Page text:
Functional testing modalities have also emerged as highly sensitive means to test for HCQ retinopathy. The multifocal electroretinogram (mfERG) is considered the gold standard for defining and diagnosing HCQ retinopathy. It is an excellent confirmatory test and has up to 90% sensitivity for detecting HCQ retinopathy [11]. Such sensitivity has clinical importance because functional impairment may precede anatomic change on SD-OCT. A recent study using microperimtery reported a series of 16 patients taking HCQ who had abnormal microperimetry despite normal 10-2 HVF, FAF, mfERG, and SD-OCT [12]. A different study of 34 patients identified a subset that had abnormal mfERG and/or HVF despite having completely normal SDOCTs [13]. Functional change may indeed precede anatomic change; this study also failed to find patients with abnormal SD-OCT who also had normal functional tests [13].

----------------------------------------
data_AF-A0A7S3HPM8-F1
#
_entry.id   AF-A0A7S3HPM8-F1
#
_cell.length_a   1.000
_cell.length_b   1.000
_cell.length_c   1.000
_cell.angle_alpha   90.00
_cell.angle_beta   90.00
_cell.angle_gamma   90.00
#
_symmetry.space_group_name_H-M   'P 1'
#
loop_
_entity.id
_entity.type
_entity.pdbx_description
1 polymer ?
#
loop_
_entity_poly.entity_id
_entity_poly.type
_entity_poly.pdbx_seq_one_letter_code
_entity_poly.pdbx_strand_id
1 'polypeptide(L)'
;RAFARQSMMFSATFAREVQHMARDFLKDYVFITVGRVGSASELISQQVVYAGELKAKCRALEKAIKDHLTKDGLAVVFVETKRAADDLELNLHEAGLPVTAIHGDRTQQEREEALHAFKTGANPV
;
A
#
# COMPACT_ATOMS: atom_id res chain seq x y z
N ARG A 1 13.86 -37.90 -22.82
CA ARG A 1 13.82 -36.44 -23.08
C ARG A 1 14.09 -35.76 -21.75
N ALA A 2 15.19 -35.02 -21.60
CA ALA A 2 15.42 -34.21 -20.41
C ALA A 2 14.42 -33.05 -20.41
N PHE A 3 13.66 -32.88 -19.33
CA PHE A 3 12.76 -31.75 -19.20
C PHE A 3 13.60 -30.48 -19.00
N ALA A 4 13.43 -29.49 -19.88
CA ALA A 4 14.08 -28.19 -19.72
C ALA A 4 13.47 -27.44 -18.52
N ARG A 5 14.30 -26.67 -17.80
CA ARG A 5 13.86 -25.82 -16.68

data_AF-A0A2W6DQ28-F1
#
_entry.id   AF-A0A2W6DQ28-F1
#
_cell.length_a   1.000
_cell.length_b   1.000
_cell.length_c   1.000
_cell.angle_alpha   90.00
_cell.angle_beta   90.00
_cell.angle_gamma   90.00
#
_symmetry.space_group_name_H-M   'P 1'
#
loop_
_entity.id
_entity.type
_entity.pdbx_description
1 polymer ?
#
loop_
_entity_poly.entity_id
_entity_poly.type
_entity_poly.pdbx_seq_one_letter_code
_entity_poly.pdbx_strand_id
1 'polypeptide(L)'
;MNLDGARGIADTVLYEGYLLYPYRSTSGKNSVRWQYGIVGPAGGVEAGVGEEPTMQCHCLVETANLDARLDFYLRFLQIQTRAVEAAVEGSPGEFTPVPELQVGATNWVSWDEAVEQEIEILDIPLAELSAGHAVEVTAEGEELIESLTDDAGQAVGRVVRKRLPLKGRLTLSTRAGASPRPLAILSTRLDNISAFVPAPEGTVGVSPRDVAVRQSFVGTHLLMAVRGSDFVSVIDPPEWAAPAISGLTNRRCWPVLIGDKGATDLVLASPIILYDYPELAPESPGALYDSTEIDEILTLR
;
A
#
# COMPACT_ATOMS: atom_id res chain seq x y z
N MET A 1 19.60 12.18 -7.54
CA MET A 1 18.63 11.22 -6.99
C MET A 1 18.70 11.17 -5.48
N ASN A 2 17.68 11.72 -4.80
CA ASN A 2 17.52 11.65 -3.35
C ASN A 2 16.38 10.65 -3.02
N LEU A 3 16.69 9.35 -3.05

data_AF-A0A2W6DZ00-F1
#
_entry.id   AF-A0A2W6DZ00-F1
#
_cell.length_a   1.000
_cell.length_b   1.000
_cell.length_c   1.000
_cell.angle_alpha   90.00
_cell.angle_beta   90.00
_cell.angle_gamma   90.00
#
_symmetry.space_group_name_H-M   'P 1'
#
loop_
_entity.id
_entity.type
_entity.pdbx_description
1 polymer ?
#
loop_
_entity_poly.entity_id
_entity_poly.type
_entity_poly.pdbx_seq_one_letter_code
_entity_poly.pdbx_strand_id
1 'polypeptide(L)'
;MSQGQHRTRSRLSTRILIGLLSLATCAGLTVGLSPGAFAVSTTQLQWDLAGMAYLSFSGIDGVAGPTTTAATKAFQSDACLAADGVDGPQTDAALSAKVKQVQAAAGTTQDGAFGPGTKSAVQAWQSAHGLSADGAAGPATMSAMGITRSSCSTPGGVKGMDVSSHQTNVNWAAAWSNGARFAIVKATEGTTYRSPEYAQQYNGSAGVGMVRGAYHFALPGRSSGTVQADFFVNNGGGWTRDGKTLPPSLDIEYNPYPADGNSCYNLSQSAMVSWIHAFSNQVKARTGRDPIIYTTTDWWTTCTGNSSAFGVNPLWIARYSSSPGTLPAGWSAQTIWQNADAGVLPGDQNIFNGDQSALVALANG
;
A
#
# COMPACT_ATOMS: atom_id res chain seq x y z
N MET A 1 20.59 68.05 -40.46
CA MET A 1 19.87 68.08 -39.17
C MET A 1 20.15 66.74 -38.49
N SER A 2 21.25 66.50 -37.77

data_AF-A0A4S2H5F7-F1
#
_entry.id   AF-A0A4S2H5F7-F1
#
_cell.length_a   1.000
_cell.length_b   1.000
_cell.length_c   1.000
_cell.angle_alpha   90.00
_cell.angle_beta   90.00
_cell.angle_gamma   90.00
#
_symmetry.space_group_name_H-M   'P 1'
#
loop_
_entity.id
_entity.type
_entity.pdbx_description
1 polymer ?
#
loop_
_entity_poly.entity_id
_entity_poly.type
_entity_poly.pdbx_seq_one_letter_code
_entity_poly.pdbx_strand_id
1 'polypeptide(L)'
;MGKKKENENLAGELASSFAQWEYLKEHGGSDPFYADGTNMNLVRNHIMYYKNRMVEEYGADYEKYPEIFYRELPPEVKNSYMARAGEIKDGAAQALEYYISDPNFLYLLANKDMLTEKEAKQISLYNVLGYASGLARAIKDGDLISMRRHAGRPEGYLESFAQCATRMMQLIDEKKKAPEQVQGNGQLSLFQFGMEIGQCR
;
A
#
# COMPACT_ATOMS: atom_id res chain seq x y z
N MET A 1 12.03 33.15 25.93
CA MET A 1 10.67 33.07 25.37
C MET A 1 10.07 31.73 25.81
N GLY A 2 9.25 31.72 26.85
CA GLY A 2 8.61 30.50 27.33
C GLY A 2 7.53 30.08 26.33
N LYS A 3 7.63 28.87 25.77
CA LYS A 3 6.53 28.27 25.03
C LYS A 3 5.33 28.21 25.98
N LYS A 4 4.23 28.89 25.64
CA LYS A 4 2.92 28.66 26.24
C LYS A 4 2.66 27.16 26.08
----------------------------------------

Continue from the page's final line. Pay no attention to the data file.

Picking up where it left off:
Completely new techniques have also emerged as potentially useful additions to the screening armamentarium. Adaptive optics scanning ophthalmoscopyhas been shown to identify early toxicity in preclinical stages by monitoring for changes in cone density patterns [14,15]. As of 2016, investigators have been using brand new multispectral imaging devices to further investigate HCQ retinal toxicity [16].